Based In Birmingham
Martin SearleTransplant Patient
I was in Hallam Hospital in West Bromwich, in 1975 when I was 7 years old, I was diagnosed with the same genetic, hereditary disease as some of my family members, Alports Syndrome. From 1975 to 1996, I lived a perfectly normal and active life, taking part in various sporting activities, challenges as well as competitive achievements along the way. In 1996, my GP was doing an annual MOT and found my blood pressure was a lot higher than it should have been. This is when the Renal Doctors at the Queen Elizabeth Hospital Birmingham started working me up for Continuous Ambulatory Peritoneal Dialysis (CAPD). This type of dialysis consists of four exchanges every day of a solution which filtrates unwanted toxins from my blood. Each exchange takes about an hour, including all the hygienic processes before the exchange and after. The exchanges are spread throughout the day. The fluid stays in for about four hours and when it’s time for the next exchange this fluid is drained out and the next bag drained in. All through this period of dialysis and having had my first kidney transplant, I continued to working full time as a Sales Representative, juggling my dialysis exchanges when required throughout the day.
British Transplant Games
I’ve taken part in all the British Transplant Games from 1999, which was in Birmingham, right up until my first kidney transplant failed in 2011, except the British Transplant Games in 2003 which took place in North Staffordshire. I’d broken my ankle at the time so I couldn’t take part! In 2011, I started CAPD for a second time and continued virtually problem-free until my second transplant in July 2015. There isn’t a day that goes by without thinking of my donors, even though I’ve never met the families that had to decide about donating their loved one’s organs. I’ll be eternally grateful for their kind thoughts.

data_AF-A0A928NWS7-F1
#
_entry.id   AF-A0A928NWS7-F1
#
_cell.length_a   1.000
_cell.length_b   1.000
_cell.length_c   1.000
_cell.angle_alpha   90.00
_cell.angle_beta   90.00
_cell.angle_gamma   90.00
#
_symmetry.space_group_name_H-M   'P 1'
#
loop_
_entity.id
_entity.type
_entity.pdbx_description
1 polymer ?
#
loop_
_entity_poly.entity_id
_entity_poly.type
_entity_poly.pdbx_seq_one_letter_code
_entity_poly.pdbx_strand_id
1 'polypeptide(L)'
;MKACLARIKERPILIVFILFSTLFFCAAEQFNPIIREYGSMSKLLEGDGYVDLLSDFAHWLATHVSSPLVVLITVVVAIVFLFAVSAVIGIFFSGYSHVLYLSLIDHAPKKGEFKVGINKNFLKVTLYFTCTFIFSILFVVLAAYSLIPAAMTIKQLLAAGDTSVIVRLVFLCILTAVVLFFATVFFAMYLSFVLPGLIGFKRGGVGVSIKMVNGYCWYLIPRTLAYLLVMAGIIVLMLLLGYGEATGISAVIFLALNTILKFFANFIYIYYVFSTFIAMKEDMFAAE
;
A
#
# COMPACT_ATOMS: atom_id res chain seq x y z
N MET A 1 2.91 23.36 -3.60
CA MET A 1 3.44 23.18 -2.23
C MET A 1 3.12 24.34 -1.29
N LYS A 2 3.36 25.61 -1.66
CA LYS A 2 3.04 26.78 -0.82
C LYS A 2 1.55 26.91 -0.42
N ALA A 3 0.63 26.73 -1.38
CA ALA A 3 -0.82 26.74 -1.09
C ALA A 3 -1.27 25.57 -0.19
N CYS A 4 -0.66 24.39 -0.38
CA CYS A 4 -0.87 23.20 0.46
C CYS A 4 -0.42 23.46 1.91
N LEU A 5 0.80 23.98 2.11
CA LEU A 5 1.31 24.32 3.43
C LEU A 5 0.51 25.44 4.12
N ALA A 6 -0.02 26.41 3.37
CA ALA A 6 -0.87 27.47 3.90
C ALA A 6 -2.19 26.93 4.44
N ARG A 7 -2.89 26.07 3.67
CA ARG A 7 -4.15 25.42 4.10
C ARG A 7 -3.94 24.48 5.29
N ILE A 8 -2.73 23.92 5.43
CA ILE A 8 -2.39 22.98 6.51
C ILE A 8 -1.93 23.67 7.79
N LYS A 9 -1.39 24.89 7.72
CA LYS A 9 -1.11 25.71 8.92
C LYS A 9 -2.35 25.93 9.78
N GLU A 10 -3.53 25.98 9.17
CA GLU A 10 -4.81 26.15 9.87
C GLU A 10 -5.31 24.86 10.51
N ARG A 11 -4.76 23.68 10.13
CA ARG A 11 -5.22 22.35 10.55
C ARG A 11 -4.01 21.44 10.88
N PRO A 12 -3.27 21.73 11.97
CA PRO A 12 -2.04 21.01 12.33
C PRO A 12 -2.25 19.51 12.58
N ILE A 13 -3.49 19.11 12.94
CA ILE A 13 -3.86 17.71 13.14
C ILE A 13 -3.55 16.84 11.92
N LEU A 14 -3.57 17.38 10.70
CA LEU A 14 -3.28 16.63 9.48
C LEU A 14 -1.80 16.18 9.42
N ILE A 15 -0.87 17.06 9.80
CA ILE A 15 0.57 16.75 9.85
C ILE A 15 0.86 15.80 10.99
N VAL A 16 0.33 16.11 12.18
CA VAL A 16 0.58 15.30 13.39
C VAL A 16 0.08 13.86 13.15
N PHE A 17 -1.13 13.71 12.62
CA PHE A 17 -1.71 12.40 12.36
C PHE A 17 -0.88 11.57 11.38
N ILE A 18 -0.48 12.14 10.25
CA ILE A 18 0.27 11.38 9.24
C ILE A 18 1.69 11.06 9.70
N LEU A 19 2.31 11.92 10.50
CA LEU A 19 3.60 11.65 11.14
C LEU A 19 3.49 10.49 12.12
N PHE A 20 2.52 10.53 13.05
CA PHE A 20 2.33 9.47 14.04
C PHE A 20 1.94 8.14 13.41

Ever since I was 18 I’ve enjoyed sports and done many charity events along the way, including a 24 hour snookathon in 2002 that raised over £600 for the Queen Elizabeth Hospital Birmingham’s Renal Department and our Team. Since 2004, I’ve helped the Managers of the Birmingham Adult Transplant Sport Team right up until September 2018 when I was given the role myself. Since going to the British Transplant Games, I’ve met some amazing people who have had transplants as well as others who haven’t but wanted to be involved in some way. I’ve even met some great celebrities over the years as well. I’ve seen some amazing sporting events and competitions at these prestigious Games. It’s because of everything I’ve seen and done that I’ll be committing myself to enhance awareness of Organ Donation where ever I can as well as promoting the need for many more people to become part of the Organ Donation process. I’ll also enjoy my time as Manager of our great team for Transplant sport and look forward to the challenges along the way.
Without Queen Elizabeth Hospital Birmingham’s spectacular specialists it wouldn’t be possible to do what I’m doing now. I’d like to say a huge thank you to them. It’s their care and encouragement of my wife and children that give me the inspiration to carry on being positive with everything I’m able to do.
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